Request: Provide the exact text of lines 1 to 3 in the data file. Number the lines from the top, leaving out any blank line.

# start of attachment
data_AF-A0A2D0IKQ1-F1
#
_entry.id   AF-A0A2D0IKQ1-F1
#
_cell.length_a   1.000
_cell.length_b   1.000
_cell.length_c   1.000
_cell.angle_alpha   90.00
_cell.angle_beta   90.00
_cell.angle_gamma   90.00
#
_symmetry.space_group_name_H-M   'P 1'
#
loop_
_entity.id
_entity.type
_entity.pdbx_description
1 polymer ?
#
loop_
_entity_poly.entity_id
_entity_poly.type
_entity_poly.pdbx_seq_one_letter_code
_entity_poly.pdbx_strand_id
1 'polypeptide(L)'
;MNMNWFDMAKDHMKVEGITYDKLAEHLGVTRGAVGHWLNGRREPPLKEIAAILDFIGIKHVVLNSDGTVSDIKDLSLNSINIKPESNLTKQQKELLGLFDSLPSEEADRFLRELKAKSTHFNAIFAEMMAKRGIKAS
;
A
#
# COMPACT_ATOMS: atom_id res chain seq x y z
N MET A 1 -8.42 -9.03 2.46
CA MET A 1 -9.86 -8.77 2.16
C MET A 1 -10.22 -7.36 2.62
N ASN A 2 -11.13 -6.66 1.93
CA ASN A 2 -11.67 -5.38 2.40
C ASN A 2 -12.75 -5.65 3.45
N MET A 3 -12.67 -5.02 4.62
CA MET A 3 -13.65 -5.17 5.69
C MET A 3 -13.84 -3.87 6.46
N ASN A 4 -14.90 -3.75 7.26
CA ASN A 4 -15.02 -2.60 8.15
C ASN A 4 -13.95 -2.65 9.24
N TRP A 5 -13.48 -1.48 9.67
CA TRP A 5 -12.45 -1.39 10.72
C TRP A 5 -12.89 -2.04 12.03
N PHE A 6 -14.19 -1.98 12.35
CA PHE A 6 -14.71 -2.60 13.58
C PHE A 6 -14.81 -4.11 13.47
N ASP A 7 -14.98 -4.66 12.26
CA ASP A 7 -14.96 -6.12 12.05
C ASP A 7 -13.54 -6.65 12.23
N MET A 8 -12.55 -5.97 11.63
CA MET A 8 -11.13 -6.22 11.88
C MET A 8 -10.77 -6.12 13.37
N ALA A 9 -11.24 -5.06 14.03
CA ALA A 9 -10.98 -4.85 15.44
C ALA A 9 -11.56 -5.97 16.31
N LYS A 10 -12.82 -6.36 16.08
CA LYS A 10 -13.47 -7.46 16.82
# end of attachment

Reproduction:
data_AF-A0A2D0IKQ1-F1
#
_entry.id   AF-A0A2D0IKQ1-F1